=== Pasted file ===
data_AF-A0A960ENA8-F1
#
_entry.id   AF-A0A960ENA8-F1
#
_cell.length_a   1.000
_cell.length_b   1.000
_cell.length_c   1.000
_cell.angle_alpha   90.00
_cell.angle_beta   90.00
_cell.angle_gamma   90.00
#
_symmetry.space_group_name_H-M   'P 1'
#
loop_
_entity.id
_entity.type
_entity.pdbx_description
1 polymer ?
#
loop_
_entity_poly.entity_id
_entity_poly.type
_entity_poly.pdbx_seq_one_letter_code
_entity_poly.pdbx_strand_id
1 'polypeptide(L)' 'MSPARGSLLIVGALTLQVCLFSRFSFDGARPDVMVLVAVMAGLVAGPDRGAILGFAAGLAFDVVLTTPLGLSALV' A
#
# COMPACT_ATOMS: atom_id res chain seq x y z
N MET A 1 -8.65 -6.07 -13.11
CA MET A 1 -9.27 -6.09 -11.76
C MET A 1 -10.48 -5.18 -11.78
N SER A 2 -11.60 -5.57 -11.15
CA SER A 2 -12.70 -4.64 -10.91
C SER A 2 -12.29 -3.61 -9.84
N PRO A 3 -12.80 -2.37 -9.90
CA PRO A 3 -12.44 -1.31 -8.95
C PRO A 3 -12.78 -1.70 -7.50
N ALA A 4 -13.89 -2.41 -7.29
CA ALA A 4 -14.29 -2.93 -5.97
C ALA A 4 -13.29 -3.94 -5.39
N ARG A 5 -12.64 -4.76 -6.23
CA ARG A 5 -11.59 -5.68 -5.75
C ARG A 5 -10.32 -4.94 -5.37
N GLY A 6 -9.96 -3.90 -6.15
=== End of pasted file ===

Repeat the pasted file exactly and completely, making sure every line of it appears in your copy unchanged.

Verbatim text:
data_AF-A0A960ENA8-F1
#
_entry.id   AF-A0A960ENA8-F1
#
_cell.length_a   1.000
_cell.length_b   1.000
_cell.length_c   1.000
_cell.angle_alpha   90.00
_cell.angle_beta   90.00
_cell.angle_gamma   90.00
#
_symmetry.space_group_name_H-M   'P 1'
#
loop_
_entity.id
_entity.type
_entity.pdbx_description
1 polymer ?
#
loop_
_entity_poly.entity_id
_entity_poly.type
_entity_poly.pdbx_seq_one_letter_code
_entity_poly.pdbx_strand_id
1 'polypeptide(L)' 'MSPARGSLLIVGALTLQVCLFSRFSFDGARPDVMVLVAVMAGLVAGPDRGAILGFAAGLAFDVVLTTPLGLSALV' A
#
# COMPACT_ATOMS: atom_id res chain seq x y z
N MET A 1 -8.65 -6.07 -13.11
CA MET A 1 -9.27 -6.09 -11.76
C MET A 1 -10.48 -5.18 -11.78
N SER A 2 -11.60 -5.57 -11.15
CA SER A 2 -12.70 -4.64 -10.91
C SER A 2 -12.29 -3.61 -9.84
N PRO A 3 -12.80 -2.37 -9.90
CA PRO A 3 -12.44 -1.31 -8.95
C PRO A 3 -12.78 -1.70 -7.50
N ALA A 4 -13.89 -2.41 -7.29
CA ALA A 4 -14.29 -2.93 -5.97
C ALA A 4 -13.29 -3.94 -5.39
N ARG A 5 -12.64 -4.76 -6.23
CA ARG A 5 -11.59 -5.68 -5.75
C ARG A 5 -10.32 -4.94 -5.37
N GLY A 6 -9.96 -3.90 -6.15